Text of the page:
2) I love the relationships in this book. Can you talk a little more about them? Absolutely! As I mentioned in the previous question, was the Gilmore Girls-esque mother/son dynamic. I am a huge fan of the show and remember tweeting many moons ago that I wanted a YA novel version of it but ( as far as I’m aware) that just never happened. So I decided to write it into Boy Queen. This wasn’t just fun for the mother/son dynamic though, I really enjoyed having that in other characters too. My favourite kind of books and tv shows are the ones where characters have their own language that they speak in, a collection of references that each other just get that implies a history and I hope that came across with Natalie, Greg, Priya and Robin. The snappy dialogue and quips were honestly one of the most joyful parts of the book to write. And then of course comes the drag artist where I really had to sharpen my reading glasses. Where this probably became the most fun was with Seth because he was brand new to Robin, so he had to spend some time establishing exactly how to speak to him. And getting tongue tied because… you know… cute boys.

3) What do you hope young queer people get out of this book when they read it? Above anything else, I hope they get a really fun and joyful read featuring queer characters. Sure, the book has it’s dramatic moments and it’s sadder moments, but above everything else I wanted the book to be joyful and a celebration of queerness and drag. I hope it puts a smile on some faces. That would be wonderful! The other thing would be that not getting into drama school isn’t the end of the world. I know for a fact (having experienced it first hand) that it really can feel like that. When you live and breathe theatre, everything becomes a few clicks more dramatic, so not getting into drama school can feel like your life/career/everything is over. It’s not. Rejection is hard, it really does suck the big one, but it’s a part of life! ( A very big part of life of you’re going into the creative industry! Wow!) So take a deep breathe, reassess, do not give up. Keep working. I didn’t go the drama school when I was 18/19 years old. I got rejected from almost everywhere. I ended up studying for a BA in drama and Creative Writing, following which I went to work in publishing. When I realised just how much I missed acting, I started doing amateur theatre and, when I felt like I was ready, did an evening course at ArtsEd followed by my MA at Mountview. It was all about timing. This was the right time for me. Sometimes the universe just knows better!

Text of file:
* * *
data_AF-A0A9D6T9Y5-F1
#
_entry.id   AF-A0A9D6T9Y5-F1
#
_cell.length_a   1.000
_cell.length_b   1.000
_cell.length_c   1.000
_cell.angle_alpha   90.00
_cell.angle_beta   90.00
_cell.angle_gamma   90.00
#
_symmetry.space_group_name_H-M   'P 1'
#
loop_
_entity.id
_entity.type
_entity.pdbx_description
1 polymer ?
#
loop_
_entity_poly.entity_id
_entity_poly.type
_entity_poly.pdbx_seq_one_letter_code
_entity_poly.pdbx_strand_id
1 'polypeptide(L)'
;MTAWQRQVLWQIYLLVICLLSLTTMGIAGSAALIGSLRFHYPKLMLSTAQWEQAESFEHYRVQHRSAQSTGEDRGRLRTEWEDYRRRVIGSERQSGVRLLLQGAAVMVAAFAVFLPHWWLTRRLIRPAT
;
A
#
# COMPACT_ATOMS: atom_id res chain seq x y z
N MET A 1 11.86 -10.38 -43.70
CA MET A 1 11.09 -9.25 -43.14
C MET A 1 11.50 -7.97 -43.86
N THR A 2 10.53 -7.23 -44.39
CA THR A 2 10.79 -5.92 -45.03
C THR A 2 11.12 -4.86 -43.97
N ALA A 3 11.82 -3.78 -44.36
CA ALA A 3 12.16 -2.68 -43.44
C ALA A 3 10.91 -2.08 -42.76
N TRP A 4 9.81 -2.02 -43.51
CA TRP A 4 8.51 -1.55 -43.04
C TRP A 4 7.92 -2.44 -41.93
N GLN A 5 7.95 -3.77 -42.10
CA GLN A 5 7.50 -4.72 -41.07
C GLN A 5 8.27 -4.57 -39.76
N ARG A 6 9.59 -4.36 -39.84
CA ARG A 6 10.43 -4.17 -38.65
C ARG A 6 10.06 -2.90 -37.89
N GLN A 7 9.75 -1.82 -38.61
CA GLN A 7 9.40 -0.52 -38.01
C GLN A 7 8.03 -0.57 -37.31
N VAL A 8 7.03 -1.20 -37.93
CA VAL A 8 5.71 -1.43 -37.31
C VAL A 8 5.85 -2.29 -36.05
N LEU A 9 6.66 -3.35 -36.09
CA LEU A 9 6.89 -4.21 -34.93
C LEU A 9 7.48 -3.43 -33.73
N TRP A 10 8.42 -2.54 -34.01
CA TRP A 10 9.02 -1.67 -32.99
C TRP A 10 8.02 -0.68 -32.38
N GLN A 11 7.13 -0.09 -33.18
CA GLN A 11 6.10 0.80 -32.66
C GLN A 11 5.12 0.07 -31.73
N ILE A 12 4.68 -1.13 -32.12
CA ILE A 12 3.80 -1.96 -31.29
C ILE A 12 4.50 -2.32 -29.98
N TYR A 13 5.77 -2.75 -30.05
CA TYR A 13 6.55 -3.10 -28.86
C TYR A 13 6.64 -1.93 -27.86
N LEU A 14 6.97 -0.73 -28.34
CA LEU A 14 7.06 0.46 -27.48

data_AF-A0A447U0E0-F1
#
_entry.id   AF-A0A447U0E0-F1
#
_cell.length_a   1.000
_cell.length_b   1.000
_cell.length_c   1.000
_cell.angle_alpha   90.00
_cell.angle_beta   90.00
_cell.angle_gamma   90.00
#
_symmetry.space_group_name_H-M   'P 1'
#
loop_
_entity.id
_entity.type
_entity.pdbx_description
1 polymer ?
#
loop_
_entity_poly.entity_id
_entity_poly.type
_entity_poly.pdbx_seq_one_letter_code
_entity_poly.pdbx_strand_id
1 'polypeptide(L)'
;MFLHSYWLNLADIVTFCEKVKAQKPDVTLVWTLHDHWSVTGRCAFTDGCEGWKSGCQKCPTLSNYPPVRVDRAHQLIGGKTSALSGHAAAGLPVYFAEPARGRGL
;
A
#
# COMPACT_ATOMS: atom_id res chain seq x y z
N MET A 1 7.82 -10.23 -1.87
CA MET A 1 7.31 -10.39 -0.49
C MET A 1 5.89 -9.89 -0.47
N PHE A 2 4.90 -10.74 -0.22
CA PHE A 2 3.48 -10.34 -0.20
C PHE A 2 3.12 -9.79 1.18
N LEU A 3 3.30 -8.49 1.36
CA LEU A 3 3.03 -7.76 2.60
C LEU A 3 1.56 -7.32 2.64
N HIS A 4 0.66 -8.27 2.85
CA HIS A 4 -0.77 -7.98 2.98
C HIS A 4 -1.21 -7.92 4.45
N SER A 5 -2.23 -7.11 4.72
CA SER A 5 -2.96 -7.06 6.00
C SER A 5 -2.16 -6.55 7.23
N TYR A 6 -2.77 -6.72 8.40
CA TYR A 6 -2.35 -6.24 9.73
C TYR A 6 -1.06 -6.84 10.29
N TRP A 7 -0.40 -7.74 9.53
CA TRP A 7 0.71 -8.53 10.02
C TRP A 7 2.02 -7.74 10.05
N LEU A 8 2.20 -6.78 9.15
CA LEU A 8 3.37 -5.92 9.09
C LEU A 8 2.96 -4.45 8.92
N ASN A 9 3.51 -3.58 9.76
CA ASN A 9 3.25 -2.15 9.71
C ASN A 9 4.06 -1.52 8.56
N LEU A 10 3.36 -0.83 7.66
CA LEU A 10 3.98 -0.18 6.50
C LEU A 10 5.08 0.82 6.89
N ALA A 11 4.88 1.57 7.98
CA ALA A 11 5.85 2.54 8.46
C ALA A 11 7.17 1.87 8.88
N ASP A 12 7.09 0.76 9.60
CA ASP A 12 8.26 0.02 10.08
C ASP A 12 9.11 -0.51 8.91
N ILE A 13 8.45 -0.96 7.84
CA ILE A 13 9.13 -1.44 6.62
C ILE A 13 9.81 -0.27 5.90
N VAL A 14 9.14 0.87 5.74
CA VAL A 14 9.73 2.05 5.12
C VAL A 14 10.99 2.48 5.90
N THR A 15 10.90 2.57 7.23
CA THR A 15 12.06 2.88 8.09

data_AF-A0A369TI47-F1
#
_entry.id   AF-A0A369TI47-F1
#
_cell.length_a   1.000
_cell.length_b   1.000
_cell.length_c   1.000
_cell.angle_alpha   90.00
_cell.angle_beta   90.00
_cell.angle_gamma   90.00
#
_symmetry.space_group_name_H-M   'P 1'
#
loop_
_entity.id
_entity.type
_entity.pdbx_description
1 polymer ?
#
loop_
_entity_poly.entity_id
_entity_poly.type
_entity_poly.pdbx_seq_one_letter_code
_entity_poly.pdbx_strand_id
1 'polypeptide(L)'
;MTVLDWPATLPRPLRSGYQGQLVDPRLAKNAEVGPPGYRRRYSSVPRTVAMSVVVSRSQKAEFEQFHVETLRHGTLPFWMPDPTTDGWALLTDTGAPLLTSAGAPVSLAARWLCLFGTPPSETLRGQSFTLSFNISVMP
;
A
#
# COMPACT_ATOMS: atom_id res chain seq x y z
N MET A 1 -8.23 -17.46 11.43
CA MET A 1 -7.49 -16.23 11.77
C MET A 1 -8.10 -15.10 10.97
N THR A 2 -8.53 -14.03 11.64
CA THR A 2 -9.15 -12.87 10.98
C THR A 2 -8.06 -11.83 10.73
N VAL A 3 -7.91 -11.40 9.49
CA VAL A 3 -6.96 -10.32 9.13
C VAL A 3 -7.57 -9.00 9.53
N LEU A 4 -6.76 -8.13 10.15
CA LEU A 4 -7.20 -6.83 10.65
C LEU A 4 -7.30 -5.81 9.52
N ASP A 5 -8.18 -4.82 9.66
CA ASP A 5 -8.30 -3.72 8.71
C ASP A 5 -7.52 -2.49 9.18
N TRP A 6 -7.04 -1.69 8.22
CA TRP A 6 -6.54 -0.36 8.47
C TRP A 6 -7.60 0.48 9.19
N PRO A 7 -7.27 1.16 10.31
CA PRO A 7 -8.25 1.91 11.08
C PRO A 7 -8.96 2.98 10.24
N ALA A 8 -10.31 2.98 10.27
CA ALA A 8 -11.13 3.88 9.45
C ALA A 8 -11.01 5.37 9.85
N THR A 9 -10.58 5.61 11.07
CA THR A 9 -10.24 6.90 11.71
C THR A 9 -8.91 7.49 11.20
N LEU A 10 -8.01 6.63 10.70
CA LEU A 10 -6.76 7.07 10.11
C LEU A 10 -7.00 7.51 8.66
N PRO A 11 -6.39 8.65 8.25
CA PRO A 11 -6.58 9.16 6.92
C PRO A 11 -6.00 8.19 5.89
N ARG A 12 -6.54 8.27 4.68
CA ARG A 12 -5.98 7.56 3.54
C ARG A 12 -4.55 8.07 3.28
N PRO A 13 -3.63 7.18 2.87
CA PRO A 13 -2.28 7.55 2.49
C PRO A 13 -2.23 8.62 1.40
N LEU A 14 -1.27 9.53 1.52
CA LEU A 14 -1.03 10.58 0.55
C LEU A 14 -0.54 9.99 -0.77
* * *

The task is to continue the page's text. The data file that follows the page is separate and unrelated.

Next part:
4) Did the story change over time? Oh absolutely! Every single draft there was something new going in and something old coming out. We tried a lot of different things as the story went by and I am certain there has to be a good twenty to thirty thousand words on the cutting room floor. (They were replaced by other things in the book, I didn’t write a 110,000 word book! Jesus!) But that is the magic of editing. I don’t know where I would’ve been without my editors. They aren’t as close to the book as you are so they see things that you can’t and help you hone the story in ways you couldn’t even imagine. Priya wasn’t even in the first draft and now I can’t imagine the book without her. There is a scene where Robin and Seth are at Eternity together, and that wasn’t in the original draft either but it is such a fab scene that I can’t imagine it any other way! The only problem with this is when I come to write my next book and I find myself comparing the draft zero to my fully edited, copy edited and proofread draft of Boy Queen. Don’t do that. That way sadness lies.